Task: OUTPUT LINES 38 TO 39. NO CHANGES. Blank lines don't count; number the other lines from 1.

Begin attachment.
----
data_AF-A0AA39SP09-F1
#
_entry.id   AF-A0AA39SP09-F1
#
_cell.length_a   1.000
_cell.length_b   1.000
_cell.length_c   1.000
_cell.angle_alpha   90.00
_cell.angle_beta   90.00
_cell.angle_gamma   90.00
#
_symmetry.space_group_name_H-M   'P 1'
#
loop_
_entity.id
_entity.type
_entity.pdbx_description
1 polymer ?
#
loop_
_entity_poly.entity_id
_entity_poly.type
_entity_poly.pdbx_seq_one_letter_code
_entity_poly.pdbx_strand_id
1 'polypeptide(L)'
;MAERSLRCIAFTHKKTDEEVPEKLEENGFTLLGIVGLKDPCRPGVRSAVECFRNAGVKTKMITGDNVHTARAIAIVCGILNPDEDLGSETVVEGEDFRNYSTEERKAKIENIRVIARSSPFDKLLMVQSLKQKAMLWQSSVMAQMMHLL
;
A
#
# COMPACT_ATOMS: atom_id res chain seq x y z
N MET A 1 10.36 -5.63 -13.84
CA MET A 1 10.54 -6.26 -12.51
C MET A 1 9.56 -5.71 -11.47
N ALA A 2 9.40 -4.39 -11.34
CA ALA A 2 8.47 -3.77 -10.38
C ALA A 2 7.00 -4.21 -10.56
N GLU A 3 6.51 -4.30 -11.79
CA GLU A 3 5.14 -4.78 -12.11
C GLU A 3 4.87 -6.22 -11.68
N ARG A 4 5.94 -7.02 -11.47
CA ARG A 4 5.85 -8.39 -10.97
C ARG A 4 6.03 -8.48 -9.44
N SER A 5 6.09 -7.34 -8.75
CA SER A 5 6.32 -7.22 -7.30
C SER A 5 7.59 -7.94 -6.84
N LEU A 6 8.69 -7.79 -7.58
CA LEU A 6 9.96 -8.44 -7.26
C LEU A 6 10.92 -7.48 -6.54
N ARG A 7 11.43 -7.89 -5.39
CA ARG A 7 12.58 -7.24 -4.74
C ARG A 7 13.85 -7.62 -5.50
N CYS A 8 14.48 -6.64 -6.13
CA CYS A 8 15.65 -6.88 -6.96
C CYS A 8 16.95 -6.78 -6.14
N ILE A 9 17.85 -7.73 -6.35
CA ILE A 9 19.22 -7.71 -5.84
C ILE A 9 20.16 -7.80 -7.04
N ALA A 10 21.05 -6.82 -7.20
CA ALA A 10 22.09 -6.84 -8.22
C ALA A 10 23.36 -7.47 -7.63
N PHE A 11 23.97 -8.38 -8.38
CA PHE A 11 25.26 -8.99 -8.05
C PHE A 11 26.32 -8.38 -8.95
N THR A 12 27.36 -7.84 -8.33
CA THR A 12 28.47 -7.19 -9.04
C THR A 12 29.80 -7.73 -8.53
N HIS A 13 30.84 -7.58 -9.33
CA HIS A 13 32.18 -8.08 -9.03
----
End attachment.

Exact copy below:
CA GLU A 3 5.14 -4.78 -12.11
C GLU A 3 4.87 -6.22 -11.68